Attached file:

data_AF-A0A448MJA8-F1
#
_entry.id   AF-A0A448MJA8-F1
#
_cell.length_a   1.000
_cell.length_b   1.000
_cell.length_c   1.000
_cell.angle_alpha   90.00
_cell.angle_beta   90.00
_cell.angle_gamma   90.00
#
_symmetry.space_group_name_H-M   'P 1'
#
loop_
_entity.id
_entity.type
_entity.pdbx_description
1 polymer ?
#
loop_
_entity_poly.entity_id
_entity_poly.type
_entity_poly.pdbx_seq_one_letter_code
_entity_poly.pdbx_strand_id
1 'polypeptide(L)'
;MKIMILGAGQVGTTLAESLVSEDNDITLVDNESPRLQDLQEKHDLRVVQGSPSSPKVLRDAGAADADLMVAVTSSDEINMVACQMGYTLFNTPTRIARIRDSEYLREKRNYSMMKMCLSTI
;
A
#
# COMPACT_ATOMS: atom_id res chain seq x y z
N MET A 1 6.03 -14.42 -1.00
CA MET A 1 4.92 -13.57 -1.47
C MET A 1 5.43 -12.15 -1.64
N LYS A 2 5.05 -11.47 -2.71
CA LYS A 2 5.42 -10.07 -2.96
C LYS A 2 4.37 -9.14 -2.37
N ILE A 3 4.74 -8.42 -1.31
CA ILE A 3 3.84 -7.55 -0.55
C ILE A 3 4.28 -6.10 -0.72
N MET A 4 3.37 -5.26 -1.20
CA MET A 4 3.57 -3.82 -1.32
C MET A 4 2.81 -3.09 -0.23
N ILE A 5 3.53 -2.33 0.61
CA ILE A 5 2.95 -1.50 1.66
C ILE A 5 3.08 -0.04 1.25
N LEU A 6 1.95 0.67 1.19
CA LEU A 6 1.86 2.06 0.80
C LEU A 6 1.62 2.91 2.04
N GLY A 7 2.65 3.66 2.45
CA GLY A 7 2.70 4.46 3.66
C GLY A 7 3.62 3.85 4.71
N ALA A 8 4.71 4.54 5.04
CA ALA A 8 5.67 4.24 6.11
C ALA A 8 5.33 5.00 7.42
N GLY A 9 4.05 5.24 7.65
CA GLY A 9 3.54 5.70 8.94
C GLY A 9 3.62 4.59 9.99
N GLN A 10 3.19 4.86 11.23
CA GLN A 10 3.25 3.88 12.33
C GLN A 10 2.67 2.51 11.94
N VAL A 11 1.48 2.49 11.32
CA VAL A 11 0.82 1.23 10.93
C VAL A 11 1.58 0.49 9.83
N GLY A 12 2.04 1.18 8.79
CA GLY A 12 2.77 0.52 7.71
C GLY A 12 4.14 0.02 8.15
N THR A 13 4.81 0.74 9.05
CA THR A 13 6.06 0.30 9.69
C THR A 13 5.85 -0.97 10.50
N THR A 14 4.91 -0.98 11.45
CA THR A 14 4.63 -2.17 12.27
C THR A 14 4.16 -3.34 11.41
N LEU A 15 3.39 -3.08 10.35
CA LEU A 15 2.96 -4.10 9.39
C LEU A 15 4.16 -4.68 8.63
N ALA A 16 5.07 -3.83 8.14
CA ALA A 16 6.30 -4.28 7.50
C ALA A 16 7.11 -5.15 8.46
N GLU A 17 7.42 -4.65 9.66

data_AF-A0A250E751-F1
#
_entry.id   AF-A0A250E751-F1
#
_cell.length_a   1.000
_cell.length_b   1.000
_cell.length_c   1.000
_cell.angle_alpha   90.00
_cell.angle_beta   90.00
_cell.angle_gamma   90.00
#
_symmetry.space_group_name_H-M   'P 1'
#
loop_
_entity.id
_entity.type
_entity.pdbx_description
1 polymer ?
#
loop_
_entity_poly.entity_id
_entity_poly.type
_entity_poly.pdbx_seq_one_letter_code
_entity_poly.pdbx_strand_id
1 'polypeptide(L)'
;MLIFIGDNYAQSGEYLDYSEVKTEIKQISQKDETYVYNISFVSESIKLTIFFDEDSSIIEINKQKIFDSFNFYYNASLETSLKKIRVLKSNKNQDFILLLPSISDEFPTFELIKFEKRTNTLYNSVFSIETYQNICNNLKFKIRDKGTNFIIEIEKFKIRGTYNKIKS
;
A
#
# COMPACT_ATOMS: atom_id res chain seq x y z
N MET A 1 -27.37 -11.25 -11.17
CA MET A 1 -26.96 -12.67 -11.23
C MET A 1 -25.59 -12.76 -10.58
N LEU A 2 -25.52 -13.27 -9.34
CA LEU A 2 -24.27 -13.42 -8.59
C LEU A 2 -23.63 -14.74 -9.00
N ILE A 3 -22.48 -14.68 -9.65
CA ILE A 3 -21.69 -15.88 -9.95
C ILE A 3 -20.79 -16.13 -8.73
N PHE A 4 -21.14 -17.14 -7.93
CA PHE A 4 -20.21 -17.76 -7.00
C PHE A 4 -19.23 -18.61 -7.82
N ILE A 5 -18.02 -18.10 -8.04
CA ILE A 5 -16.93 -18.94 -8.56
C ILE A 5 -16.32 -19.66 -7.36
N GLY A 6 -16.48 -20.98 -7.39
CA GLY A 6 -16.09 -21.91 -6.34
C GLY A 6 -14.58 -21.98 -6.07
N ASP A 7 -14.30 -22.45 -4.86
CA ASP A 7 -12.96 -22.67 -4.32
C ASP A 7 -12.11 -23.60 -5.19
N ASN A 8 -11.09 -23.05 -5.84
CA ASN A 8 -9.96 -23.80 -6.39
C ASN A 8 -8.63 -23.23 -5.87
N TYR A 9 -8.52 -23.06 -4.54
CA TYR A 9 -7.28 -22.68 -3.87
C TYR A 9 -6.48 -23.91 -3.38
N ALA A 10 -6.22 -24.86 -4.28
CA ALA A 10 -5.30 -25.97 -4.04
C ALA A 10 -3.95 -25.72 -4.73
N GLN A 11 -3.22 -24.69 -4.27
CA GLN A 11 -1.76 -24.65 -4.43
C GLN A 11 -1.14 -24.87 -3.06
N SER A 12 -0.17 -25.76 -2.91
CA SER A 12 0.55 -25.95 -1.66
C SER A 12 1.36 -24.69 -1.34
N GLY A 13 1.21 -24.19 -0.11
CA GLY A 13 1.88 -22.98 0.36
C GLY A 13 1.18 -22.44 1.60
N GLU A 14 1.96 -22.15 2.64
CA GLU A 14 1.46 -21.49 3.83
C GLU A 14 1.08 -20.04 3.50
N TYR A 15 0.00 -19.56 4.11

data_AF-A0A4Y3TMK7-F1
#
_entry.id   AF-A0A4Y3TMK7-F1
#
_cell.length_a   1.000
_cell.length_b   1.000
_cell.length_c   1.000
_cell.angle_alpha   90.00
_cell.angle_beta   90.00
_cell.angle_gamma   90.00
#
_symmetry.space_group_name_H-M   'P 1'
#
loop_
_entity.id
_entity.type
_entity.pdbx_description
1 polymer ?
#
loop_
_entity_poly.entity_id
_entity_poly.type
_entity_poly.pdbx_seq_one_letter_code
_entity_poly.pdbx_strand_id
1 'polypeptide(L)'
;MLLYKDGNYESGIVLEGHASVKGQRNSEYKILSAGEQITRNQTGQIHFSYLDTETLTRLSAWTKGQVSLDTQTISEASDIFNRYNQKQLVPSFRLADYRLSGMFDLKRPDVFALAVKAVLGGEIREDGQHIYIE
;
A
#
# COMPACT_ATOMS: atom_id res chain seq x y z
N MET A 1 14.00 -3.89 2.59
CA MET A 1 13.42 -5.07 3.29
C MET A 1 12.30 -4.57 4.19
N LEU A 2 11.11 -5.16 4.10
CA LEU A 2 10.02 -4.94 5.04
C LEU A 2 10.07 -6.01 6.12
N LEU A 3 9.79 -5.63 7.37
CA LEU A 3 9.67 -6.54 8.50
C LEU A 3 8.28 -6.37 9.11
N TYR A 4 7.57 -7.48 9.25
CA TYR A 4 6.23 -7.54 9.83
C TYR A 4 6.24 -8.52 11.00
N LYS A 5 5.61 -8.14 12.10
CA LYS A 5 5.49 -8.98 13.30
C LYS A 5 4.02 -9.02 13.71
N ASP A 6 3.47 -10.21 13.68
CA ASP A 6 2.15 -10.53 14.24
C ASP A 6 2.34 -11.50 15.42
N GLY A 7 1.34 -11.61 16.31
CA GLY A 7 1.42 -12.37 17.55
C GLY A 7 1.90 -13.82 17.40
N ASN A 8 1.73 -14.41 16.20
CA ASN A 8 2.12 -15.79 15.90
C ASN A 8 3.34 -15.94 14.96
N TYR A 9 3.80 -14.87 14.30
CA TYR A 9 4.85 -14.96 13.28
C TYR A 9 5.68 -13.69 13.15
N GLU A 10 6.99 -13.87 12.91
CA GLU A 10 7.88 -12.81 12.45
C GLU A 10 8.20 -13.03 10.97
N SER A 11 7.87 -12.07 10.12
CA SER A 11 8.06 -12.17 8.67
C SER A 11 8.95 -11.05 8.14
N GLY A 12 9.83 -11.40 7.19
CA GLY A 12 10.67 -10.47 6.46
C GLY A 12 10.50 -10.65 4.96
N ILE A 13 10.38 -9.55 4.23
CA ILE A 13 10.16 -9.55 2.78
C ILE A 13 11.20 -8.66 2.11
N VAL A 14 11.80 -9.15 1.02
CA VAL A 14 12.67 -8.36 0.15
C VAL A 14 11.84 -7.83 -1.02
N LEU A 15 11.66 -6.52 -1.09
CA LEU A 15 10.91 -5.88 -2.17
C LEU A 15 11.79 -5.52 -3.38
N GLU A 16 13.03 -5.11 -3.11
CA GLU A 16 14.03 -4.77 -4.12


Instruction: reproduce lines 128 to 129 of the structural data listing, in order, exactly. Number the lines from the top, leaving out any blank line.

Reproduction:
N ASP A 7 -14.30 -22.45 -4.86
CA ASP A 7 -12.96 -22.67 -4.32